Pigeons Are Actually Pretty Good At Identifying Malignant Cancer
But don't fire your doctor yet
Diagnosing cancer can be a challenging task. Often, pathologists have to quickly decide whether a microscopic group of cells looks malignant or benign, or whether a small lump seen on a mammogram is suspicious. For this reason, pathologists go through four years and more of medical school and training. But it turns out that pigeons may one day be able to help out.
Researchers at the University of California, Davis and the University of Iowa wanted to understand how pathologists are able to refine their cancer-identification skills over time, and what are the most important features and properties that help them make an accurate diagnosis. To figure it out, the scientists trained pigeons to distinguish between healthy and malignant tissue, since humans and pigeons share many of the same visual systems. And the pigeons were surprisingly good at it, according to a study published today in PLOS One.
During the experiment, the scientists showed each pigeon a set of microscopic images of breast tissue. After staring at the image, the pigeon would then chose either a yellow- or blue-colored button that corresponded to either cancerous or non-cancerous. If the pigeon answered correctly, it was rewarded with a tasty treat. Each pigeon had 15 one-hour long sessions and by the end, they answered correctly about 85 percent of the time. Human pathologists are up to 97 percent accurate for more a difficult identification task where they were shown whole images instead of just small areas of interest.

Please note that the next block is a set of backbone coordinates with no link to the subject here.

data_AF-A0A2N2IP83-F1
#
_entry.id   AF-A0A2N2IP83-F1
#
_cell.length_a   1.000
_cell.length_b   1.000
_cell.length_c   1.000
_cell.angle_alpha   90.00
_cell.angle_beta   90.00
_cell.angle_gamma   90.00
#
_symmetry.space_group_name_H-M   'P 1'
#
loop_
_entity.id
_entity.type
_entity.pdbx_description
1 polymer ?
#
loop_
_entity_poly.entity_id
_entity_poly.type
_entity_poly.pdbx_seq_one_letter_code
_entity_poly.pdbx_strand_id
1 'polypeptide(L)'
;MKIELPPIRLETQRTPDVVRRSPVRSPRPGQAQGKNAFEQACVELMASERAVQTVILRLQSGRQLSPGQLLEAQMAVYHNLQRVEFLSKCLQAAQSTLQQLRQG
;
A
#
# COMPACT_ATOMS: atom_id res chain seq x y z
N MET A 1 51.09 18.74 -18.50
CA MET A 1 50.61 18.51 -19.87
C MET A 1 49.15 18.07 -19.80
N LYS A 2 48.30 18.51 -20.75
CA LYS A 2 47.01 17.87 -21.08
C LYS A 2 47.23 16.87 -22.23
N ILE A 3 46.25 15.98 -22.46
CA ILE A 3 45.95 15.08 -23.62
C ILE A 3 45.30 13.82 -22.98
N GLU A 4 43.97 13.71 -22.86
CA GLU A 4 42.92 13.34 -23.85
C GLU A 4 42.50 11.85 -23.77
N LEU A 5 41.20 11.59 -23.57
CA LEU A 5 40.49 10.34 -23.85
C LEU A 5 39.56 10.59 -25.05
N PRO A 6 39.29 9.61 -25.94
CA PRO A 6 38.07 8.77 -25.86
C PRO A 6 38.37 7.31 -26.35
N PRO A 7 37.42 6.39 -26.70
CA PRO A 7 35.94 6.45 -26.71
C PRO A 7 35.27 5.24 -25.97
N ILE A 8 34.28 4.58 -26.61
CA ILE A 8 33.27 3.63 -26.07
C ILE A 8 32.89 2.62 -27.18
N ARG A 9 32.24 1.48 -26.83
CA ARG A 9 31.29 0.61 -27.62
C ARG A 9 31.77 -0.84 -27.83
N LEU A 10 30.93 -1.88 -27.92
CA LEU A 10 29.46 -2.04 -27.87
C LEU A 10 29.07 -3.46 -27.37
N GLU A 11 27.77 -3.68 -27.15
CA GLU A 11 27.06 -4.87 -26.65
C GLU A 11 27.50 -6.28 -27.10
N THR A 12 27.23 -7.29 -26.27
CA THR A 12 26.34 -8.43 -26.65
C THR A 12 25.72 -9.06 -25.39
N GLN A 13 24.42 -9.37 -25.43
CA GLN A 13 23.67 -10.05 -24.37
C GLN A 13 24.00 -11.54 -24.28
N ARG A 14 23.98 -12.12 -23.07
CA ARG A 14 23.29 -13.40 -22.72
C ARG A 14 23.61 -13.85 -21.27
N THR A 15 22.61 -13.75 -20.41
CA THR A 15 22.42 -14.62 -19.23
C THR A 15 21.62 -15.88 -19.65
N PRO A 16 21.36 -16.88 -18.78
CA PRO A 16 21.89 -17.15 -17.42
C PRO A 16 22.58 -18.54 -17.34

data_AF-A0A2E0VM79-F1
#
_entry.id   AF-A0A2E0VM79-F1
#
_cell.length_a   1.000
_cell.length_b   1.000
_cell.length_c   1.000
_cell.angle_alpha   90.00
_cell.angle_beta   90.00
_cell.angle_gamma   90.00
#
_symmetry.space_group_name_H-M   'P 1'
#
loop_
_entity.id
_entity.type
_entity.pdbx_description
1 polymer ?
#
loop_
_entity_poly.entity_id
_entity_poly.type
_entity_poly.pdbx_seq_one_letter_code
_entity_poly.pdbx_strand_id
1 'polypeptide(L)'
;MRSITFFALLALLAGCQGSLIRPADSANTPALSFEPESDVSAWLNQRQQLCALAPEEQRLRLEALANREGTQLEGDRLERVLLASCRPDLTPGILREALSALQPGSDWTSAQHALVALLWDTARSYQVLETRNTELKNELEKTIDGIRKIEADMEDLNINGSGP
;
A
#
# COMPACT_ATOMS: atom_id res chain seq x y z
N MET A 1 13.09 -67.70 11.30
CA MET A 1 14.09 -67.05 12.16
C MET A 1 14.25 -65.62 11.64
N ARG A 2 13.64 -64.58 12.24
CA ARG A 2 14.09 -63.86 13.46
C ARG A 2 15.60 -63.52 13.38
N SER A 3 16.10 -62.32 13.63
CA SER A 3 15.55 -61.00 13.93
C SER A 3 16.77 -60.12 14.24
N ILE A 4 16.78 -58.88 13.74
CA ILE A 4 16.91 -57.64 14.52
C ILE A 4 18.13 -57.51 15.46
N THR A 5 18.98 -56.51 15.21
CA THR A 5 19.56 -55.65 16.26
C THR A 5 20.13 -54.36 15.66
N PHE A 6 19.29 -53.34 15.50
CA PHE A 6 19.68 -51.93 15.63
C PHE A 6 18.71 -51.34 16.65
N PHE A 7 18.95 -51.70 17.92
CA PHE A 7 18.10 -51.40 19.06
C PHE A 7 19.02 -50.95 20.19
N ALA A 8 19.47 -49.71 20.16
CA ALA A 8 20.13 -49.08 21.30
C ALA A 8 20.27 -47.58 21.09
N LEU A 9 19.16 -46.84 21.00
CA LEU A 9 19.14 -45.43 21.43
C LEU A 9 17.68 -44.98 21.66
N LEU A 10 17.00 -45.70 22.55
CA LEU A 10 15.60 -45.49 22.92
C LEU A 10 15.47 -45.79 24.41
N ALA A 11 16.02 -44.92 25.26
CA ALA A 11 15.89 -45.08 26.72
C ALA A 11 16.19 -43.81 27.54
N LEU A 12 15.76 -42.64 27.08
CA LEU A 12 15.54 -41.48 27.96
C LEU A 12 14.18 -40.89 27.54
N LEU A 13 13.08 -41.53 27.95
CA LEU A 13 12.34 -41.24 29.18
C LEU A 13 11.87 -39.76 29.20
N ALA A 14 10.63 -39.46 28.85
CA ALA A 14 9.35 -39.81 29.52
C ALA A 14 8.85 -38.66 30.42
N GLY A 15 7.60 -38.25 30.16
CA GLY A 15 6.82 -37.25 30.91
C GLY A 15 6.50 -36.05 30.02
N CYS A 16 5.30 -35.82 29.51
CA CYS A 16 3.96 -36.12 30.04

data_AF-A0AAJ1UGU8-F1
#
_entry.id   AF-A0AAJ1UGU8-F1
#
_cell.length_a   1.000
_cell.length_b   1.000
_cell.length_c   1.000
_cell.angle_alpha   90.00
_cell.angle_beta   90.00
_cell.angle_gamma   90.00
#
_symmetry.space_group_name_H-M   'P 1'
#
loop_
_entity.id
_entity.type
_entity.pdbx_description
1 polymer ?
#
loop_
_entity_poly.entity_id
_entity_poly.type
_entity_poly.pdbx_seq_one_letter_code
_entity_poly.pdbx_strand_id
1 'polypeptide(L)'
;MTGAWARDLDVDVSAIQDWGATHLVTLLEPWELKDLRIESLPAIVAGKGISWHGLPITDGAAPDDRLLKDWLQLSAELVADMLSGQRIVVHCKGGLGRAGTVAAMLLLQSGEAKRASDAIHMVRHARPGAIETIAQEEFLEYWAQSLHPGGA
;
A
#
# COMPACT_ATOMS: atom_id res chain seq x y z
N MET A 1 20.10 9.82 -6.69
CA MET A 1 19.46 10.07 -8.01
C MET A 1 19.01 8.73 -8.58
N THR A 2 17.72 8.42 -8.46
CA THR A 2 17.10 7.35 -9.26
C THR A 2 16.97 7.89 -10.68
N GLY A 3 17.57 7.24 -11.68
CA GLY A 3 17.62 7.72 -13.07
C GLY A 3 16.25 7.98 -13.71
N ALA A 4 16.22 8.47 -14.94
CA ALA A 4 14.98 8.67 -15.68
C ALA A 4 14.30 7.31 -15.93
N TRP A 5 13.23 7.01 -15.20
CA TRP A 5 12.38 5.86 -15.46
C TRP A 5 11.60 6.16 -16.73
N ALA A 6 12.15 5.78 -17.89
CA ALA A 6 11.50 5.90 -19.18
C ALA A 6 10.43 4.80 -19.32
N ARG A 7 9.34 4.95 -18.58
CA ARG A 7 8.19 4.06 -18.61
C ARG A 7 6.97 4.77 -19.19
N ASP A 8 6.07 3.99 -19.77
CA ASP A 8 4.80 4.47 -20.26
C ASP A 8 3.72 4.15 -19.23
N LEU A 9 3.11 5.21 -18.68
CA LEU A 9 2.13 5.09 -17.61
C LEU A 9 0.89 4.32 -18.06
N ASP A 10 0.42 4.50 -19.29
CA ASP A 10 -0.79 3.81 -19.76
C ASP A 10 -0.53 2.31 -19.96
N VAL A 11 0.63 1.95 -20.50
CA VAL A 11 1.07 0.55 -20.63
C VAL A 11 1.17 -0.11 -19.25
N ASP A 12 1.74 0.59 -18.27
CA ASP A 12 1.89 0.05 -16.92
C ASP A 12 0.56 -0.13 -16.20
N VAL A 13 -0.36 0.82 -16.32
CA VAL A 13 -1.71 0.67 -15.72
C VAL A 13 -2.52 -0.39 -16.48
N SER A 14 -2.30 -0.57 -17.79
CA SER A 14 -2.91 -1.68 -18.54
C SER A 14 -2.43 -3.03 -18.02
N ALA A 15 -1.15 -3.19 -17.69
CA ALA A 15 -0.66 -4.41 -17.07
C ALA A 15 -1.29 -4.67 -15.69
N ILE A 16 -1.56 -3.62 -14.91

In another task, in which the pigeons were asked to detect cancerous breast masses on mammograms, the pigeons were only able to memorize the correct answer–they couldn’t look at a new image and determine whether that mass was cancerous or benign. This is challenging task for even a group of pathologists who (as part of the study), viewed the same masses, and were only accurate 80 percent of the time.
While the pigeons’ results are impressive, they still aren’t as accurate as those of a trained pathologist. So, pigeons won’t become newly minted doctors anytime soon, but they can help researchers understand how pathologists get better overtime. The researchers found that while the color scheme and brightness of the images had little effect on the accuracy of the diagnosis (the researchers note that this makes sense since most pathology textbooks have until recently been in gray scale), they found that the birds were affected by how much the image had been compressed. At first, their accuracy was worse with highly compressed images; however, overtime, they were able to adapt to the compressibility and their results became more accurate. As the researchers note, this correlates with how pathologists learn overtime: “Humans can also learn to ignore compression artifacts and become accustomed to less-than-perfect visual images.”
So by figuring out what pigeons look at to make their diagnosis, that may allow researchers to train pathologists and computer systems in a better, more strategic way.